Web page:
24 May 2019 15:10pm
WINDHOEK, 24 MAY (NAMPA) Nkurenkuru Constituency councillor in the Kavango West Region, Damian Nakambare on Thursday said he is disturbed by the funds returned by the Ministry of Fisheries and Marine Resources to treasury for no apparent reason.
Nakambare expressed this in the National Council (NC) during his contribution to the Appropriation Bill Vote 22 of the Ministry of Fisheries and Marine Resources.
Nakambare wanted to know why funds that were budgeted for planned activities were returned to the government.
I was not comfortable when I saw the ministry returning an amount of N.dollars 39.9 million to treasury for the 2018/2019 financial year, said Nakambare.
If this trend continues, he said it is advisable for the Ministry of Finance to take this seriously and allocate more funds to ministries that spend their budgets, and to drastically reduce those continuously returning funds.
Meanwhile, Nakambare commended the work done by the Fisheries Ministry for having constructed a three-bedroom house for its officials at Mpungu Fish Farm at a cost of N.dollars 3 million, however, he said the house is not yet handed over to the officials and requested that this be expedited.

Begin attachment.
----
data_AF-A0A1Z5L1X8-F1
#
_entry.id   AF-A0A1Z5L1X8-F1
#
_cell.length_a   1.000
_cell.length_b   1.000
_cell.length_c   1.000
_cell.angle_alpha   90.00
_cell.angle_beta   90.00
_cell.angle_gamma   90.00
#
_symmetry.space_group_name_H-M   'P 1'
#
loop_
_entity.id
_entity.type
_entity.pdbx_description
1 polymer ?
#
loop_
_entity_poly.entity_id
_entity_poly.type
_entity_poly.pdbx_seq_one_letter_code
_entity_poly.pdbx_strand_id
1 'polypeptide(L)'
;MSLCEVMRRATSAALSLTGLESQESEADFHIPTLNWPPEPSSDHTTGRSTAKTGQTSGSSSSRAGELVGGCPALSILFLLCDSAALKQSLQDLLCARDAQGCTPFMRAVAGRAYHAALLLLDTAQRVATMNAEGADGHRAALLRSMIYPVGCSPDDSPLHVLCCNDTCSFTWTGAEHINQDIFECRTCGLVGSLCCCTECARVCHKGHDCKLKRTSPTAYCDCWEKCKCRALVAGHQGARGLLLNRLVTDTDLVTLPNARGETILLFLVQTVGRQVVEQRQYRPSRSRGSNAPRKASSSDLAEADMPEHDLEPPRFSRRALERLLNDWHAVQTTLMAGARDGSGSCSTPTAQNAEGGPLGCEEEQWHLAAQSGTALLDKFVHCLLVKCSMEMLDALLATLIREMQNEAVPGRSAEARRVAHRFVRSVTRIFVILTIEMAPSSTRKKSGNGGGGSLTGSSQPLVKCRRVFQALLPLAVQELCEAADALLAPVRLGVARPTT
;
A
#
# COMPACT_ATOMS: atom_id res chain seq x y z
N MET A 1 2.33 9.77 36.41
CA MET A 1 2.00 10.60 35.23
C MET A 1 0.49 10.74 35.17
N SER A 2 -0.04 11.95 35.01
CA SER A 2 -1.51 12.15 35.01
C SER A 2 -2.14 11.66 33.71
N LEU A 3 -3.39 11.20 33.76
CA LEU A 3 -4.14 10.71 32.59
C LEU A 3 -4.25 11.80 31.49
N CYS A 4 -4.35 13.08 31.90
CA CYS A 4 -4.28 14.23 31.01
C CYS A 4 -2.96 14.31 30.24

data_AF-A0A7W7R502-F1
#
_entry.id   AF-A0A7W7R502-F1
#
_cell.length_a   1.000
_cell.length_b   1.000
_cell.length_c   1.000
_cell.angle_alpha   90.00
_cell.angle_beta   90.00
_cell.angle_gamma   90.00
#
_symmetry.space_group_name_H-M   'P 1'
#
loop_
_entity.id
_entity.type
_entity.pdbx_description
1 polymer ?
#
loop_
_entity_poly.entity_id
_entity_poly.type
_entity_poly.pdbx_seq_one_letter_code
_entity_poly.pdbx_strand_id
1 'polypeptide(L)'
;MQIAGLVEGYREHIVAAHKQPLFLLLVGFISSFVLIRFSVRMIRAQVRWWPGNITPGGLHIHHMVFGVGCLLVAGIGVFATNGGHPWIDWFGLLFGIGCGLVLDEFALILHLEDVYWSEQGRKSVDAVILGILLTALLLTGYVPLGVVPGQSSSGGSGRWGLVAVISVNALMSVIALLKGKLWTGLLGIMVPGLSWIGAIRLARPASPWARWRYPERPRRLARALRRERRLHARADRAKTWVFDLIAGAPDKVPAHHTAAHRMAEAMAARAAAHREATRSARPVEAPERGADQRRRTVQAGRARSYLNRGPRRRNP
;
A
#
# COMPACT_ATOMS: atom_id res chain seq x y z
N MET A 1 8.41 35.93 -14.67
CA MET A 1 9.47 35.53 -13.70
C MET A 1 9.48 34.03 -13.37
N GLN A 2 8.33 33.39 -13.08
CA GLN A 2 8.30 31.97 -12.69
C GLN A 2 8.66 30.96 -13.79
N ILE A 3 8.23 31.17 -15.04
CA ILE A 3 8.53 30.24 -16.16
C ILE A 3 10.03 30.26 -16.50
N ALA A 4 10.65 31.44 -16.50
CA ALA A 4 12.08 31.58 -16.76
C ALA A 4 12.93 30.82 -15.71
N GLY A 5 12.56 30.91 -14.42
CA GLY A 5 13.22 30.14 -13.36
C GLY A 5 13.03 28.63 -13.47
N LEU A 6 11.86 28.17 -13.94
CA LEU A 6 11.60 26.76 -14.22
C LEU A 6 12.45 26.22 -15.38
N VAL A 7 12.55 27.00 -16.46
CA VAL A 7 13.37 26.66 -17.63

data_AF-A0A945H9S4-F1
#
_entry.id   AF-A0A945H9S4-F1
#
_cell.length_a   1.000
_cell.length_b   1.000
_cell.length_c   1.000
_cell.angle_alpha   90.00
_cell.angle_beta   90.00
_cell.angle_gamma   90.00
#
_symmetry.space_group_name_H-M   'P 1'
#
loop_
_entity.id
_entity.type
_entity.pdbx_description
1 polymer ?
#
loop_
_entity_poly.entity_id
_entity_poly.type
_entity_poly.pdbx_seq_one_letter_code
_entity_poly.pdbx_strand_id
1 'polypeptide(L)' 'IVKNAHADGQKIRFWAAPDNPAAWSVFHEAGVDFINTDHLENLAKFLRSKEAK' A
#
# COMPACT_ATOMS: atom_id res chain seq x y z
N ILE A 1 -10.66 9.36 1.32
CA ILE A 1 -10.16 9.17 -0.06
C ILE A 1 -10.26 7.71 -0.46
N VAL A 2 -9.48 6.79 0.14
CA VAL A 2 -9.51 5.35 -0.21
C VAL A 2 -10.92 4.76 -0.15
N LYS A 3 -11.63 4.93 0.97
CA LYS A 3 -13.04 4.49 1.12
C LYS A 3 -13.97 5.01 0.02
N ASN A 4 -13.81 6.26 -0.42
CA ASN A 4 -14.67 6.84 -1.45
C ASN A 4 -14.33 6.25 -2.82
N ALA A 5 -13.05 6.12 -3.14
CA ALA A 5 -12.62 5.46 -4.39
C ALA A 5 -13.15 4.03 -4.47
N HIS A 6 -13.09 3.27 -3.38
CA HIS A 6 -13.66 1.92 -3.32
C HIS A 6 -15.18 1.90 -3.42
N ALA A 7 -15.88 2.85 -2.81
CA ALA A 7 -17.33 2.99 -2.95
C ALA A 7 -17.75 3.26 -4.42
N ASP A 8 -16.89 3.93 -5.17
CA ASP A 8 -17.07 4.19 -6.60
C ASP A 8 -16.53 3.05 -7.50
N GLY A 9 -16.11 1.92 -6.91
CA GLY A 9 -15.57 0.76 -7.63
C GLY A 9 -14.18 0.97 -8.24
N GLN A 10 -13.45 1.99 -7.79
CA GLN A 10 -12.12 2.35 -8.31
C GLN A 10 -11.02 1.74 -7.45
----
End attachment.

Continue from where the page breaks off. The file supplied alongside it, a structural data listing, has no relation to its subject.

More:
Nakambare said the fish farm was established in 2002 with 20 members but this has decreased to 18 currrently, adding that they are not employed as permanent staff.
These are Namibians, who are doing the work for the farm on a voluntary basis, they dont receive any salary, they only get their small shares after harvesting and sell fish to the community and the harvest happen only twice a year, he said.
The councillor further expressed his unhappiness with the idea of extending fishing rights of the current holders, saying people in rural areas have rushed to apply for close corporation (CC) licences as required by Government.
But when the advert was out calling for applications, it stated that CC will no longer be accepted for fishing rights, only PTY Ltd will be considered, he said.
He said the majority of the fishing rights have been extended since independence to the same people and individuals, benefiting few and leaving the majority of Namibians in abject poverty.